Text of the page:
“Why didn’t you tell Dr. Loco what happened to you today,” Allen asked sitting on Shelly’s bed. She had invited him into her room so they could talk without being overheard.
“I don’t know if I can trust him.” Shelly was searching the closet for a few things to pack in an overnight bag. Tonight was the night Dr. Loco had said they would visit the house he called Case 242. There was a good chance they would need to spend the night, he had explained. She wanted to be ready. No more delays. No more excuses.
“I’ve never trusted him,” Allen said, wishing he could see through doors like some television ghosts and superheroes could do as Shelly walked past him into the bathroom to change her clothes. I shouldn’t be thinking like this, he scolded himself, surprised as he always was when he thought ghosts should not have what seemed an obvious attraction for a living being. He tried to distract himself, but found himself staring at her open drawer, a pair of black lacy underpants hanging over the edge. He walked toward the drawer and reached for the silky black panties, but was unable to feel them. “Being a ghost rots,” he said aloud.
“Being haunted isn’t much better,” Shelly replied, wondering suddenly if he could see through the bathroom door. The sight of his bare back as he’d struggled with Dodd…at least she thought it had been his…who else could it have been…his muscular physique had surprised her.
His voice, usually soft and kind of mellow, had made her expect a much thinner man, a less well- developed man. This is so damn frustrating, she thought as she tucked her blouse into the last
pair of fresh jeans she had in the closet. And then she realized it must be far worse for him. “I just thought of something. What did you remember about your previous life the last time you saved me?”
“You mean from that maniac, Dodd?”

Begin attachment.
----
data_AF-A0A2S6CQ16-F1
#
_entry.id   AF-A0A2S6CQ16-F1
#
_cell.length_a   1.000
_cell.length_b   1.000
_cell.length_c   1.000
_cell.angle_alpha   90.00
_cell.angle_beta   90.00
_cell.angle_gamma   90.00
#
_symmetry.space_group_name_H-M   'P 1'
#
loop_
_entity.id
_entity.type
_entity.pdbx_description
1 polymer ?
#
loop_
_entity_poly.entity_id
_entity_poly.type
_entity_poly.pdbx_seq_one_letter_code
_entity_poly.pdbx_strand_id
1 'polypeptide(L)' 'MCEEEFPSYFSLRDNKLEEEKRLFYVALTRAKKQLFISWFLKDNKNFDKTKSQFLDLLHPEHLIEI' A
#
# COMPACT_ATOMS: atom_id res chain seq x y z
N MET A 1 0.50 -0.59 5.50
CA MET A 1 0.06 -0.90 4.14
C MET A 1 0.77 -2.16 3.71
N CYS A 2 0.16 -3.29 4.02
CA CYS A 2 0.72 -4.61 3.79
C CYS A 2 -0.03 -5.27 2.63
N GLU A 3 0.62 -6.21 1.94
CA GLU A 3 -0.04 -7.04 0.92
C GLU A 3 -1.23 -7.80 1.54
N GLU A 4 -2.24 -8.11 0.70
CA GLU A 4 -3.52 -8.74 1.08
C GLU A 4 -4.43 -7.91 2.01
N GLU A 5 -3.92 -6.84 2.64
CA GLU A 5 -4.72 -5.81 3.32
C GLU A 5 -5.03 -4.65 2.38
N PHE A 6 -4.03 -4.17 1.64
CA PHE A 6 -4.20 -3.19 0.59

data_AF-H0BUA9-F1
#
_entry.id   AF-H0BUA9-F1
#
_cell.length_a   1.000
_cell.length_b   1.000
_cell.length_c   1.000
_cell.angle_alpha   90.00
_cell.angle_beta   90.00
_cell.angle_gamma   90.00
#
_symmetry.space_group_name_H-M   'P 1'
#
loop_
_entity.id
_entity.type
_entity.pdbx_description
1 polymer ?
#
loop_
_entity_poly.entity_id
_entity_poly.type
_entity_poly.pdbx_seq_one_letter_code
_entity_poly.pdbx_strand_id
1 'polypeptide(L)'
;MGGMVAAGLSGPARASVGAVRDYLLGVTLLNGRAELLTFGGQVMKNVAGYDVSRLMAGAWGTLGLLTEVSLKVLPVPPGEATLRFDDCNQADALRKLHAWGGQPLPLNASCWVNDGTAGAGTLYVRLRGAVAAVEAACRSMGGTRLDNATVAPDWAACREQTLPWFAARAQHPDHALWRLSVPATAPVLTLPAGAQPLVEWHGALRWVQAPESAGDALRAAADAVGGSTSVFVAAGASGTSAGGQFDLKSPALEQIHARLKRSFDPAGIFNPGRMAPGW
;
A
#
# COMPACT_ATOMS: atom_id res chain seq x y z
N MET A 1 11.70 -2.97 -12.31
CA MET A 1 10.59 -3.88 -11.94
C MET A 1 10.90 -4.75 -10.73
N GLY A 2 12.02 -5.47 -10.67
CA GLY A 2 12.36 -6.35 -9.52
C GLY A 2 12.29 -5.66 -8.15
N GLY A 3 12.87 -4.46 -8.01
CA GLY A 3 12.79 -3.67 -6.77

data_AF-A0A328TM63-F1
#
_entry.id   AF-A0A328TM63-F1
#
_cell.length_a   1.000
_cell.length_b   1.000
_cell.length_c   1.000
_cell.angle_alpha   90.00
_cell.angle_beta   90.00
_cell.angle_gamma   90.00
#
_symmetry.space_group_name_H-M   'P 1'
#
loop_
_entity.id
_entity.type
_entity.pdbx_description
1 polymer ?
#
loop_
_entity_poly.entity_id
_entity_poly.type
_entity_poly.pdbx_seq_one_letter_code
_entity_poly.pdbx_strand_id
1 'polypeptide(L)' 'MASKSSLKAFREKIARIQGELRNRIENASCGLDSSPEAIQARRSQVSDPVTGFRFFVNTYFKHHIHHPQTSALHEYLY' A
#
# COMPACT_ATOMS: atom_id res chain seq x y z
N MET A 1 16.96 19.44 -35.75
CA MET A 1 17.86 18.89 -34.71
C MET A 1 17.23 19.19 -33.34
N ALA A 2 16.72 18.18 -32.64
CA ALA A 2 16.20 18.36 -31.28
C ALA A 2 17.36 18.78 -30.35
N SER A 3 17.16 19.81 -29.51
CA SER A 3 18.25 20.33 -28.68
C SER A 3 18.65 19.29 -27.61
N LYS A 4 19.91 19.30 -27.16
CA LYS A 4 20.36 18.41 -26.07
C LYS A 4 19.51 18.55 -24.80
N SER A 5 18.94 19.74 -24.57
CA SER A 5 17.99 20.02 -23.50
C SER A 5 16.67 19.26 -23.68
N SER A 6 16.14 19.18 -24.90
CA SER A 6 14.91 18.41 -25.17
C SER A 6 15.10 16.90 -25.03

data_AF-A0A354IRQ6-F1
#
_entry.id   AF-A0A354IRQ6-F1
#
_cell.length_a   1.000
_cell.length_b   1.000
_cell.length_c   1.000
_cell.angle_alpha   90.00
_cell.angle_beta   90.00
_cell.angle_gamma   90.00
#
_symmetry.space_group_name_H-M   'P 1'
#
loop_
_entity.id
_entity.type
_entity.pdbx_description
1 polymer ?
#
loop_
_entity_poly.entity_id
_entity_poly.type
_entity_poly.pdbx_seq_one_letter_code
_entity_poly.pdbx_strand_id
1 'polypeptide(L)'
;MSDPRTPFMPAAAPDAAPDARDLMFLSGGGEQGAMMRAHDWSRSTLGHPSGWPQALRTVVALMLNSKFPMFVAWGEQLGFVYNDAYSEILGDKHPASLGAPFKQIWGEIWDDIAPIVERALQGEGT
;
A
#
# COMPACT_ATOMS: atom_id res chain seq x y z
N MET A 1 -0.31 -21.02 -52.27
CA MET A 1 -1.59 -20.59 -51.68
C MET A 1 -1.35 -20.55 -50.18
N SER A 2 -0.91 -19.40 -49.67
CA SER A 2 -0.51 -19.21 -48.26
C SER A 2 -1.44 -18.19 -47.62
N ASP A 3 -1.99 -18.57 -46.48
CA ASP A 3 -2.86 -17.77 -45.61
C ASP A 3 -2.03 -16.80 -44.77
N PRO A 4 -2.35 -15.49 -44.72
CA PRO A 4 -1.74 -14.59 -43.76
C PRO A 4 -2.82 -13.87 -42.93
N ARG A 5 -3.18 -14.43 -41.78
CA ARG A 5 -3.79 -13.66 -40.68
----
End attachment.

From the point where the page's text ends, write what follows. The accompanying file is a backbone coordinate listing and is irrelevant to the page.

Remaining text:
“Yes. Was that time four or five?” She pulled her jeans on and wondered how long it would be before they were covered in grass, dirt or worst of all, blood. The way things were going it seemed inevitable.
“Who’s counting,” he said. “Actually, when Dodd was standing over you with a knife, I did get a flashback…but I can’t remember exactly what it was.” He didn’t want to tell her he had seen his hand holding a knife over a naked female body. If that vision had frightened him, he could imagine how she would react. She’d probably never talk to him again. He wished he could have seen the knife clearer. He was afraid to see the body again…it was young and there was blond hair spread across what looked like a table or bed. He remembered that, but nothing else.
“You can’t remember what it was,” Shelly asked, stepping out of the bathroom fully dressed. “The other times you seemed to learn things about yourself that might help us solve your mystery?”
“Yeah, but they weren’t that important. So I liked running? Millions of people like that.
Not much of a clue. So I wasn’t a bus driver? Big surprise.”
“But what about the fire? You said you saw a car burst into flame. That’s not exactly unimportant.”
Allen sighed. “It’s a piece of the puzzle, but only a small piece. A car fire like that happens every day. I don’t see how it can help me find out who I was if I have no idea where the fire was or who was in the vehicle.”
Shelly heard the frustration in his voice. “I promise after we finish this first case I will get Dr. Lasker to sit down with us and help you.” She heard Allen sigh. “I know this must be very upsetting for you. I feel it too.”
“You really do?” It was strange how each time Shelly faced danger, she seemed to become more attune to his feelings. Each close call with death seemed to be changing him and her, making the link between them even stronger.
“Yes. I don’t understand it, but I really do feel at least a little of what you’re feeling.” She straightened up. “Let’s go, we’ve got a job to do.”
“Shelly, that house we’re going to…it gives me the willies. Are you sure you want to do this? It’s not too late to back out. Don’t do this just for me. I can be fine the way I am.”
The picture of the house flashed back and she felt that icy chill race down her spine again. “Stop trying to talk me out of it. I’ve made up my mind.”
“And once you’ve made up your mind, nothing can change it.”
“You know me pretty well by now,” Shelly said and stepped out of the room.
Allen watched her lock the door behind her. Totally useless, he mused. Did she really believe that crazy doctor would give her a lock that would keep him out? Him and that crazy Dodd could probably enter her room any time they wanted. He hurried to catch up before she got herself into more mischief.
“Good afternoon, Shelly. How are you Allen?” Dr. Lasker was wheeling an unusual looking black metallic suitcase behind him. It made a thin squealing noise as he walked toward them. “Are you ready for an adventure?”
Allen shivered, suddenly very afraid for Shelly who was following Dr. Loco like an obedient puppy. He thought of Dodd, the shell of a human being abandoned after Dr. Loco had no more use for him, and wondered if she realized just what kind of a hell the ‘good doctor’ was leading her to.